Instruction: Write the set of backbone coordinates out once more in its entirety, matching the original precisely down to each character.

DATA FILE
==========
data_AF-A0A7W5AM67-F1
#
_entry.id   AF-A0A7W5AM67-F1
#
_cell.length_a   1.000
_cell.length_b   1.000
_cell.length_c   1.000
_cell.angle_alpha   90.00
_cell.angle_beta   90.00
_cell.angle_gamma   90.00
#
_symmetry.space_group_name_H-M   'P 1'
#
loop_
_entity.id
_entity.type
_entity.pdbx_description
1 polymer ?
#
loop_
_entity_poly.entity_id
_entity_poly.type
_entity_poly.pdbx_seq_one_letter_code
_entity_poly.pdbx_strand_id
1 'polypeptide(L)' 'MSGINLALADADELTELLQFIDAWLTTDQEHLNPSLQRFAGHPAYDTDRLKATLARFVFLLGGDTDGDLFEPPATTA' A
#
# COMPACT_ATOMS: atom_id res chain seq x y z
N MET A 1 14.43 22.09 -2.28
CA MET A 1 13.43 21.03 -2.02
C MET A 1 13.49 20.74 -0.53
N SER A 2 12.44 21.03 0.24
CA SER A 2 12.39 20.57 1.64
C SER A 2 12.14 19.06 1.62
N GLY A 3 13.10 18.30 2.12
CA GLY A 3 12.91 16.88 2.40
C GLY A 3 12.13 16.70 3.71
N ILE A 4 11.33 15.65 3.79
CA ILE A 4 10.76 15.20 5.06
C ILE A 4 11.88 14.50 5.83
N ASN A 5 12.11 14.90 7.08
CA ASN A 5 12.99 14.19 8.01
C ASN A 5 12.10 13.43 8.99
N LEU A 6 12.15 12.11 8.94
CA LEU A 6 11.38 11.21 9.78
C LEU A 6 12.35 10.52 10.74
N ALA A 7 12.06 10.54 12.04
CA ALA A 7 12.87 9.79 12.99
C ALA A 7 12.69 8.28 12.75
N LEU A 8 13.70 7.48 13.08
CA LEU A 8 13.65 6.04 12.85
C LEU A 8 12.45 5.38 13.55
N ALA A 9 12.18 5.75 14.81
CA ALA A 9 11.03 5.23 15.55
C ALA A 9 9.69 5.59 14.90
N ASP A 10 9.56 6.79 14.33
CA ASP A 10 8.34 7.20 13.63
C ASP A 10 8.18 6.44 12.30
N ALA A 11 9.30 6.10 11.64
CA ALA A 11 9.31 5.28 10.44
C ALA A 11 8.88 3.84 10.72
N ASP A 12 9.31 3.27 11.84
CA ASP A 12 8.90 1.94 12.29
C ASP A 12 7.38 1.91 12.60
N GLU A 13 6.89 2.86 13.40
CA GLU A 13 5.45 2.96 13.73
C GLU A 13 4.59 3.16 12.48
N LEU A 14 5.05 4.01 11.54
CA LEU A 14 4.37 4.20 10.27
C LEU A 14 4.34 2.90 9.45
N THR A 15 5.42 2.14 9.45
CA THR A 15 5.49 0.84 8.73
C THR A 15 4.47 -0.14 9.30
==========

data_AF-A0A7W5AM67-F1
#
_entry.id   AF-A0A7W5AM67-F1
#
_cell.length_a   1.000
_cell.length_b   1.000
_cell.length_c   1.000
_cell.angle_alpha   90.00
_cell.angle_beta   90.00
_cell.angle_gamma   90.00
#
_symmetry.space_group_name_H-M   'P 1'
#
loop_
_entity.id
_entity.type
_entity.pdbx_description
1 polymer ?
#
loop_
_entity_poly.entity_id
_entity_poly.type
_entity_poly.pdbx_seq_one_letter_code
_entity_poly.pdbx_strand_id
1 'polypeptide(L)' 'MSGINLALADADELTELLQFIDAWLTTDQEHLNPSLQRFAGHPAYDTDRLKATLARFVFLLGGDTDGDLFEPPATTA' A
#
# COMPACT_ATOMS: atom_id res chain seq x y z
N MET A 1 14.43 22.09 -2.28
CA MET A 1 13.43 21.03 -2.02
C MET A 1 13.49 20.74 -0.53
N SER A 2 12.44 21.03 0.24
CA SER A 2 12.39 20.57 1.64
C SER A 2 12.14 19.06 1.62
N GLY A 3 13.10 18.30 2.12
CA GLY A 3 12.91 16.88 2.40
C GLY A 3 12.13 16.70 3.71
N ILE A 4 11.33 15.65 3.79
CA ILE A 4 10.76 15.20 5.06
C ILE A 4 11.88 14.50 5.83
N ASN A 5 12.11 14.90 7.08
CA ASN A 5 12.99 14.19 8.01
C ASN A 5 12.10 13.43 8.99
N LEU A 6 12.15 12.11 8.94
CA LEU A 6 11.38 11.21 9.78
C LEU A 6 12.35 10.52 10.74
N ALA A 7 12.06 10.54 12.04
CA ALA A 7 12.87 9.79 12.99
C ALA A 7 12.69 8.28 12.75
N LEU A 8 13.70 7.48 13.08
CA LEU A 8 13.65 6.04 12.85
C LEU A 8 12.45 5.38 13.55
N ALA A 9 12.18 5.75 14.81
CA ALA A 9 11.03 5.23 15.55
C ALA A 9 9.69 5.59 14.90
N ASP A 10 9.56 6.79 14.33
CA ASP A 10 8.34 7.20 13.63
C ASP A 10 8.18 6.44 12.30
N ALA A 11 9.30 6.10 11.64
CA ALA A 11 9.31 5.28 10.44
C ALA A 11 8.88 3.84 10.72
N ASP A 12 9.31 3.27 11.84
CA ASP A 12 8.90 1.94 12.29
C ASP A 12 7.38 1.91 12.60
N GLU A 13 6.89 2.86 13.40
CA GLU A 13 5.45 2.96 13.73
C GLU A 13 4.59 3.16 12.48
N LEU A 14 5.05 4.01 11.54
CA LEU A 14 4.37 4.20 10.27
C LEU A 14 4.34 2.90 9.45
N THR A 15 5.42 2.14 9.45
CA THR A 15 5.49 0.84 8.73
C THR A 15 4.47 -0.14 9.30